It’s been 25 years since we’ve first taken the trip with Kenneth and his family to visit his grandmother in Birmingham, Alabama.

The Watsons Go to Birmingham–1963 was first published in 1995, author Christopher Paul Curtis was working at the Flint Fisher Body plant at the time, and in between breaks he began writing a story set in the 60s about a ten-year-old Black boy who was simply trying to survive middle school and his older brother Byron.

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While Kenneth is trying to navigate all the challenges that come along with being the unpopular kid in school he soon finds out that he is leaving Flint, Michigan to head south to visit his grandmother.

Heading south to visit a grandparent would cheer most kids up (a cool road trip), but the book is set in the 60s and the south was segregated during that time.

The Watsons Go to Birmingham–1963 showcases what segregation looked and felt like through the eyes of a young Black child trying to make sense of it all. Curtis did an amazing job of showcasing the Black family and giving each character their own identity and personality.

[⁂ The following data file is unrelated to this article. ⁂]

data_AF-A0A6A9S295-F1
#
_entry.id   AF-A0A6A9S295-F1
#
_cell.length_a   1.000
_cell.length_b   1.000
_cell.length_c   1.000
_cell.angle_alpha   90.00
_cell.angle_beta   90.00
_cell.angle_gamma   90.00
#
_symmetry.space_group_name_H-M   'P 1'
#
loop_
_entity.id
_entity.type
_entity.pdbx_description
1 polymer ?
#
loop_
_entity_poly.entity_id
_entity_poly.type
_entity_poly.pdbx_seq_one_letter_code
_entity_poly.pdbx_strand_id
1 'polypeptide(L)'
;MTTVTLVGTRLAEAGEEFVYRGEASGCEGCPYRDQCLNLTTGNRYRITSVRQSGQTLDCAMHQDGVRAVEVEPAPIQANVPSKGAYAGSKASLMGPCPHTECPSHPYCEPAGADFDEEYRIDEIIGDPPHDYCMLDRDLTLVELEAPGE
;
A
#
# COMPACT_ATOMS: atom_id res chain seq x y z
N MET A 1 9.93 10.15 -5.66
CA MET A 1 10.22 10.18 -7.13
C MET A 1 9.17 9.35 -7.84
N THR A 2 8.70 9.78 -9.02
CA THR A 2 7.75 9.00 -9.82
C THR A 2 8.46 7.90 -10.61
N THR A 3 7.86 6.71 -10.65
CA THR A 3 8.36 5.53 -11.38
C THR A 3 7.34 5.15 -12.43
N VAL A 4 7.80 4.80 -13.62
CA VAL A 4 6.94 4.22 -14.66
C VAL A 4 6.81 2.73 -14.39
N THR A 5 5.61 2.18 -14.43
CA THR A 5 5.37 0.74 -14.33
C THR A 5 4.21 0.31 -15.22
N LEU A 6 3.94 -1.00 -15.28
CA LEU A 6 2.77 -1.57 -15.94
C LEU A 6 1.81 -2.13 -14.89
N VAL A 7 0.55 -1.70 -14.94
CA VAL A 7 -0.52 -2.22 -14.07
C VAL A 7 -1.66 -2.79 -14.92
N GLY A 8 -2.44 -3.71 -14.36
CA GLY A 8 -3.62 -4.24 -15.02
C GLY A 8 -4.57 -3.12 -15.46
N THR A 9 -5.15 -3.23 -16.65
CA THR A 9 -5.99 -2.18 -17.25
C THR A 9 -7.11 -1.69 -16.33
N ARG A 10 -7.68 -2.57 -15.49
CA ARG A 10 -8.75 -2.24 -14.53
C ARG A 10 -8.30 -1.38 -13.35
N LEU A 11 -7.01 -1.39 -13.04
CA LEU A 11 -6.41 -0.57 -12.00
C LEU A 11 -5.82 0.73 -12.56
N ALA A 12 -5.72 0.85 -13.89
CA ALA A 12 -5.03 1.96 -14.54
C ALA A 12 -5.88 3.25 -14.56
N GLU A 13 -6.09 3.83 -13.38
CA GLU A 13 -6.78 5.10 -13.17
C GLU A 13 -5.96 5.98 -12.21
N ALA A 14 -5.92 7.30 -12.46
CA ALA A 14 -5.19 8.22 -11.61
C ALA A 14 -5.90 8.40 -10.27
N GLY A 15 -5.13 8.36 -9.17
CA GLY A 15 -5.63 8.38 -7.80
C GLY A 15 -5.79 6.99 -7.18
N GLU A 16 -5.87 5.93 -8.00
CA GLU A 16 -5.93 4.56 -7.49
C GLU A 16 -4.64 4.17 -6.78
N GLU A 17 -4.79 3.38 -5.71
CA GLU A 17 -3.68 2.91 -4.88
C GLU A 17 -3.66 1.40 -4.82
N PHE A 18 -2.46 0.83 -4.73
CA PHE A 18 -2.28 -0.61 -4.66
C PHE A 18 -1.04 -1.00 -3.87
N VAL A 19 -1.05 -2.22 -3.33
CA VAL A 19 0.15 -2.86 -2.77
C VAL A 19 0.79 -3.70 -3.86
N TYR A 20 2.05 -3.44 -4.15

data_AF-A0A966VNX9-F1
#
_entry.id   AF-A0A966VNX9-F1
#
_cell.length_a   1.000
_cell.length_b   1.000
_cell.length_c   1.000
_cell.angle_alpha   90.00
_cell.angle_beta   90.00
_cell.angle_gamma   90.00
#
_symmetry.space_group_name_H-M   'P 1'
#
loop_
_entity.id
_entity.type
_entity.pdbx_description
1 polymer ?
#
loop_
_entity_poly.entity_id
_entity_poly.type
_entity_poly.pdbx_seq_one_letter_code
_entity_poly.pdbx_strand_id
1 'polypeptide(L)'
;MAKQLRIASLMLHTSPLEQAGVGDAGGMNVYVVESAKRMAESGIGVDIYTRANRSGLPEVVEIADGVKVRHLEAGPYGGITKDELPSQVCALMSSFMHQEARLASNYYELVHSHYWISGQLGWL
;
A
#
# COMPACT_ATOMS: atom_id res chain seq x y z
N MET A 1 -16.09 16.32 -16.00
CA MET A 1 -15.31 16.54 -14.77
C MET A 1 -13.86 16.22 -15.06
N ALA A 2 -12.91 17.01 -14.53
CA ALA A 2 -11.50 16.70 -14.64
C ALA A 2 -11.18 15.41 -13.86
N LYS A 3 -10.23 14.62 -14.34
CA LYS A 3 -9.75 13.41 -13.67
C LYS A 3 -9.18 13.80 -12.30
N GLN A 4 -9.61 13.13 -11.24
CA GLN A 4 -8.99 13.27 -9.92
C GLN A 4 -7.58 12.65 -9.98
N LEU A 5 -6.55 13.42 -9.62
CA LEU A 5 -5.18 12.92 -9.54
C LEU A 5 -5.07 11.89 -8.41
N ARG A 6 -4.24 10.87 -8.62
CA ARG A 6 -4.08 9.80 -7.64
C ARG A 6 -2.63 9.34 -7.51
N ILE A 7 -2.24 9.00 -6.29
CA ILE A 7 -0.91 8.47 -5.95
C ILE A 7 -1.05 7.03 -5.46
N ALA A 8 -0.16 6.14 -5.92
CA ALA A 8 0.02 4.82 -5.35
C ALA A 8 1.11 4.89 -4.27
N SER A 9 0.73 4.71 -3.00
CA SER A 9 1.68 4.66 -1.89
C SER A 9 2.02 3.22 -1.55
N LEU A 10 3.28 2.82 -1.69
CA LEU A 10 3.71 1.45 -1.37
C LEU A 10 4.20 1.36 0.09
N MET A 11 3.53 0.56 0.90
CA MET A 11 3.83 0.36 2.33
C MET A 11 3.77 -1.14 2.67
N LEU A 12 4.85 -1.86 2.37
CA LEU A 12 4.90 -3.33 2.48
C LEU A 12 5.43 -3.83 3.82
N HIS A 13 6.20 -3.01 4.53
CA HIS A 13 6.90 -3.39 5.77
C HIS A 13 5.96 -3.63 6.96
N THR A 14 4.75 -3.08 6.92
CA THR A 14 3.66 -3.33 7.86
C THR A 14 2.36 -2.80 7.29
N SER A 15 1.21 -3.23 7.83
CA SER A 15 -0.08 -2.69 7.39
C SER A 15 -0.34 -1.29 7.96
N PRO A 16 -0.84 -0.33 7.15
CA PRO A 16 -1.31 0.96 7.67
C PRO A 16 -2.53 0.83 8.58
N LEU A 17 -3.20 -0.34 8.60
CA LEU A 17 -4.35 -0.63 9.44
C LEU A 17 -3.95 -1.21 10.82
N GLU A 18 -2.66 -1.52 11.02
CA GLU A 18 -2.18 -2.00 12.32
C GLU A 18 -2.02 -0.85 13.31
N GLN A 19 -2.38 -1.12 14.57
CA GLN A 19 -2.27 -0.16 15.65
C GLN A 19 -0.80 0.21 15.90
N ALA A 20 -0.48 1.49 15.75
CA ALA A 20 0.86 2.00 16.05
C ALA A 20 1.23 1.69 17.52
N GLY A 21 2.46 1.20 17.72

I felt like I knew each character in the book, I had experiences and events that happened in my own life as a millennial that connected to a book that takes place in the 60s. Each family member felt familiar, the book read like I was being invited over for dinner at the Waston’s home and they allowed me to stay awhile.

I got the chance to talk to Christopher about his writing journey and what it means to have a book on shelves for 25 years. We took a deep dive into his writing process, what he hopes readers gain from this story, and he gave some great advice for young and new writers.

Listen to my full interview with Christopher Paul Curtis below…

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